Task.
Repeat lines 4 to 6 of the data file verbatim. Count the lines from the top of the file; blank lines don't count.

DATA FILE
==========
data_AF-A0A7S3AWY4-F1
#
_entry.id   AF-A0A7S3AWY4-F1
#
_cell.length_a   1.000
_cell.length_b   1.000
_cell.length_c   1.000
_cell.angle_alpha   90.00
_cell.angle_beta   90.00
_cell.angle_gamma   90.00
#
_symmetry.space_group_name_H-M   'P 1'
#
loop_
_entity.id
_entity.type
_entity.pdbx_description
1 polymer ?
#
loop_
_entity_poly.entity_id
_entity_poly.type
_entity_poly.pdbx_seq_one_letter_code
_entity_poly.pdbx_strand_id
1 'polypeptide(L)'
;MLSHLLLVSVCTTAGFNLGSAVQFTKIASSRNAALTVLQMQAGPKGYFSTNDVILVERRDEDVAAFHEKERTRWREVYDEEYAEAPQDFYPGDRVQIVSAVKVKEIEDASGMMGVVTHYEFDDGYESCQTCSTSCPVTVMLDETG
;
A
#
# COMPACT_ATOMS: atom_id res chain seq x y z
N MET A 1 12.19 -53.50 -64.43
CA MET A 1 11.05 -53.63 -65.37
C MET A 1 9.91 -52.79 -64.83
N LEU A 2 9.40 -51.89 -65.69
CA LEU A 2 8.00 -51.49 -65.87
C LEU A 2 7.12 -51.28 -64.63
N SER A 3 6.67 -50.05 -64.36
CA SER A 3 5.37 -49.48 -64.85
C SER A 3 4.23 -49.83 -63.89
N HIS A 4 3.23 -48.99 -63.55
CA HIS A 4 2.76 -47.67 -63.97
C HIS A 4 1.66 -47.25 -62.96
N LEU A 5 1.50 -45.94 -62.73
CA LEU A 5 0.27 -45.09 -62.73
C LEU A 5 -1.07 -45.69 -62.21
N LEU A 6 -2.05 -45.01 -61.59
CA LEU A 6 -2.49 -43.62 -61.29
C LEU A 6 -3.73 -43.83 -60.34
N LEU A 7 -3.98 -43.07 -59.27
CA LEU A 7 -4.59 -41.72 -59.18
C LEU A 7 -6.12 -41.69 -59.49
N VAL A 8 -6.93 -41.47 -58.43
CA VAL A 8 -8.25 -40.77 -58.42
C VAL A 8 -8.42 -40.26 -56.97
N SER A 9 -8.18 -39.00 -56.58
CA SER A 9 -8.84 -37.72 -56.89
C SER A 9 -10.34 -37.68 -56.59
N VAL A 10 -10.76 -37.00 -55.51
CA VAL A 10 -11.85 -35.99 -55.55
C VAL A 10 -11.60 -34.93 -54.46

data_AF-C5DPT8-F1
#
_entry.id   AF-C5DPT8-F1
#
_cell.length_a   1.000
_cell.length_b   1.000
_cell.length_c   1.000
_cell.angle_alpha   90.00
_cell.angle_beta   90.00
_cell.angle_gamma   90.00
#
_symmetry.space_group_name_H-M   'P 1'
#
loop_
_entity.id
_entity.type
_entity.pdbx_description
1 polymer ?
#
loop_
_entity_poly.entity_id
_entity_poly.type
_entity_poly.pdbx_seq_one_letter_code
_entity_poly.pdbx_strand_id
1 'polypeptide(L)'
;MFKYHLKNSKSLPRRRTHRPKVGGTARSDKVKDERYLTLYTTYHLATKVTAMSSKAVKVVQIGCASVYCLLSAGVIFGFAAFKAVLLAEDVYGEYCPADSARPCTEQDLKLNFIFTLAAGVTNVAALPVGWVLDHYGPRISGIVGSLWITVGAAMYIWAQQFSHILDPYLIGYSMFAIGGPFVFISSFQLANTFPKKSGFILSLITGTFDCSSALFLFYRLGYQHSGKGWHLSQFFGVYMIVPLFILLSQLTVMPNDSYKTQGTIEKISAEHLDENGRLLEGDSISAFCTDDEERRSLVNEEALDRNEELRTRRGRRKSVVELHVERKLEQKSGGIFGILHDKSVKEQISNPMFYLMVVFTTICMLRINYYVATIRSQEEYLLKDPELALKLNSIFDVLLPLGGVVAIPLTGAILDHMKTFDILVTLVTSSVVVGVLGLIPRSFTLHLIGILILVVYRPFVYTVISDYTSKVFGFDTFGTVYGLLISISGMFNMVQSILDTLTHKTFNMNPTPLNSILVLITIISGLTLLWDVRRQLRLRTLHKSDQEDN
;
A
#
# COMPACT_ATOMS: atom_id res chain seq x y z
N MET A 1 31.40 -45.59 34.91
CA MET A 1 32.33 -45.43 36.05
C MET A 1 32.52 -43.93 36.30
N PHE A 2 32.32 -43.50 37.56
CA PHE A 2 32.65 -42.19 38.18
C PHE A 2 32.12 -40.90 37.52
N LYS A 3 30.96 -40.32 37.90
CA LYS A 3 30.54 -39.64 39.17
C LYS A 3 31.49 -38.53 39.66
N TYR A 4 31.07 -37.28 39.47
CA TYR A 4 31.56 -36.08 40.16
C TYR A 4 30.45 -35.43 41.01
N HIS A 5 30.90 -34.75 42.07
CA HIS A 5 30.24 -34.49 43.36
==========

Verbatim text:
#
_cell.length_a   1.000
_cell.length_b   1.000